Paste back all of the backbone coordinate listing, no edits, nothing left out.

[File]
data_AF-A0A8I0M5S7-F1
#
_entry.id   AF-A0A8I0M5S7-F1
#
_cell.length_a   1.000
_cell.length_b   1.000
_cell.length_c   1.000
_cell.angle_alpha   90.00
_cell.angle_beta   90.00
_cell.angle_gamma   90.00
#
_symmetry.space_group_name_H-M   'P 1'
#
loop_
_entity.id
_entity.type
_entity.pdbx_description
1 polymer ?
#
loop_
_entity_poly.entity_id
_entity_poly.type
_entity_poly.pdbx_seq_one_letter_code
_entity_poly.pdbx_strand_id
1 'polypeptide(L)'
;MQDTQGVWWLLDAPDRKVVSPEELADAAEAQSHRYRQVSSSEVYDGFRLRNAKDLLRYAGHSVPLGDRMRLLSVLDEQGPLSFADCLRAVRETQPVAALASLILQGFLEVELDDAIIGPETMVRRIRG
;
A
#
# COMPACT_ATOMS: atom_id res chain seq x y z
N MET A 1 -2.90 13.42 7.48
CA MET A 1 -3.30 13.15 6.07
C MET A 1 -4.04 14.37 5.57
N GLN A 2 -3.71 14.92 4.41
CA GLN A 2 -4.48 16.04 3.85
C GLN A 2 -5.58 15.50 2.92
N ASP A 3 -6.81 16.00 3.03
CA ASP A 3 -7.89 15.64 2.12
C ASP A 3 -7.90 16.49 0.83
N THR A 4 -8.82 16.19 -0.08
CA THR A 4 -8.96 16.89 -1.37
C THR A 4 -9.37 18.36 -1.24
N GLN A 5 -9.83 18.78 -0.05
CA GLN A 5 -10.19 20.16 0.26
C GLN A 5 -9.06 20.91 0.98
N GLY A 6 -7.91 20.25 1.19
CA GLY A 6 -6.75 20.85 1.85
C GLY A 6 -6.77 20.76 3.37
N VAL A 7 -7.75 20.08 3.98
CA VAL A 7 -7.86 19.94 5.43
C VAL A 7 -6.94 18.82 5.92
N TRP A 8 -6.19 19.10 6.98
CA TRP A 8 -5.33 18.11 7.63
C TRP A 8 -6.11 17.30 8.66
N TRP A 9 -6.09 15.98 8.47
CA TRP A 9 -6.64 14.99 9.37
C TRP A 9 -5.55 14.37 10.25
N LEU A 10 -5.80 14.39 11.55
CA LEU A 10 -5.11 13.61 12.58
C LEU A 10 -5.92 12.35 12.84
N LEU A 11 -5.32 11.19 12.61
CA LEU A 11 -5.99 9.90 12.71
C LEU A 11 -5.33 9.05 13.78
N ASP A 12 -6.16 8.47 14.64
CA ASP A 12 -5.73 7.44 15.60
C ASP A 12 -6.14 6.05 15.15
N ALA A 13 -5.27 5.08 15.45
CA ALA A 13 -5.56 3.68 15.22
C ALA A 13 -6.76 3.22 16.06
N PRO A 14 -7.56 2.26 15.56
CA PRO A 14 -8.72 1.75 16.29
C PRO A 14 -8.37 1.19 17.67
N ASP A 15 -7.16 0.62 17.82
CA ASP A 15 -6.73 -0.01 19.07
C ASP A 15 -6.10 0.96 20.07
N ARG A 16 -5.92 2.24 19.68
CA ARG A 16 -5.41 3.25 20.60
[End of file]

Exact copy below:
data_AF-A0A8I0M5S7-F1
#
_entry.id   AF-A0A8I0M5S7-F1
#
_cell.length_a   1.000
_cell.length_b   1.000
_cell.length_c   1.000
_cell.angle_alpha   90.00
_cell.angle_beta   90.00
_cell.angle_gamma   90.00
#
_symmetry.space_group_name_H-M   'P 1'
#
loop_
_entity.id
_entity.type
_entity.pdbx_description
1 polymer ?
#
loop_
_entity_poly.entity_id
_entity_poly.type
_entity_poly.pdbx_seq_one_letter_code
_entity_poly.pdbx_strand_id
1 'polypeptide(L)'
;MQDTQGVWWLLDAPDRKVVSPEELADAAEAQSHRYRQVSSSEVYDGFRLRNAKDLLRYAGHSVPLGDRMRLLSVLDEQGPLSFADCLRAVRETQPVAALASLILQGFLEVELDDAIIGPETMVRRIRG
;
A
#
# COMPACT_ATOMS: atom_id res chain seq x y z
N MET A 1 -2.90 13.42 7.48
CA MET A 1 -3.30 13.15 6.07
C MET A 1 -4.04 14.37 5.57
N GLN A 2 -3.71 14.92 4.41
CA GLN A 2 -4.48 16.04 3.85
C GLN A 2 -5.58 15.50 2.92
N ASP A 3 -6.81 16.00 3.03
CA ASP A 3 -7.89 15.64 2.12
C ASP A 3 -7.90 16.49 0.83
N THR A 4 -8.82 16.19 -0.08
CA THR A 4 -8.96 16.89 -1.37
C THR A 4 -9.37 18.36 -1.24
N GLN A 5 -9.83 18.78 -0.05
CA GLN A 5 -10.19 20.16 0.26
C GLN A 5 -9.06 20.91 0.98
N GLY A 6 -7.91 20.25 1.19
CA GLY A 6 -6.75 20.85 1.85
C GLY A 6 -6.77 20.76 3.37
N VAL A 7 -7.75 20.08 3.98
CA VAL A 7 -7.86 19.94 5.43
C VAL A 7 -6.94 18.82 5.92
N TRP A 8 -6.19 19.10 6.98
CA TRP A 8 -5.33 18.11 7.63
C TRP A 8 -6.11 17.30 8.66
N TRP A 9 -6.09 15.98 8.47
CA TRP A 9 -6.64 14.99 9.37
C TRP A 9 -5.55 14.37 10.25
N LEU A 10 -5.80 14.39 11.55
CA LEU A 10 -5.11 13.61 12.58
C LEU A 10 -5.92 12.35 12.84
N LEU A 11 -5.32 11.19 12.61
CA LEU A 11 -5.99 9.90 12.71
C LEU A 11 -5.33 9.05 13.78
N ASP A 12 -6.16 8.47 14.64
CA ASP A 12 -5.73 7.44 15.60
C ASP A 12 -6.14 6.05 15.15
N ALA A 13 -5.27 5.08 15.45
CA ALA A 13 -5.56 3.68 15.22
C ALA A 13 -6.76 3.22 16.06
N PRO A 14 -7.56 2.26 15.56
CA PRO A 14 -8.72 1.75 16.29
C PRO A 14 -8.37 1.19 17.67
N ASP A 15 -7.16 0.62 17.82
CA ASP A 15 -6.73 -0.01 19.07
C ASP A 15 -6.10 0.96 20.07
N ARG A 16 -5.92 2.24 19.68
CA ARG A 16 -5.41 3.25 20.60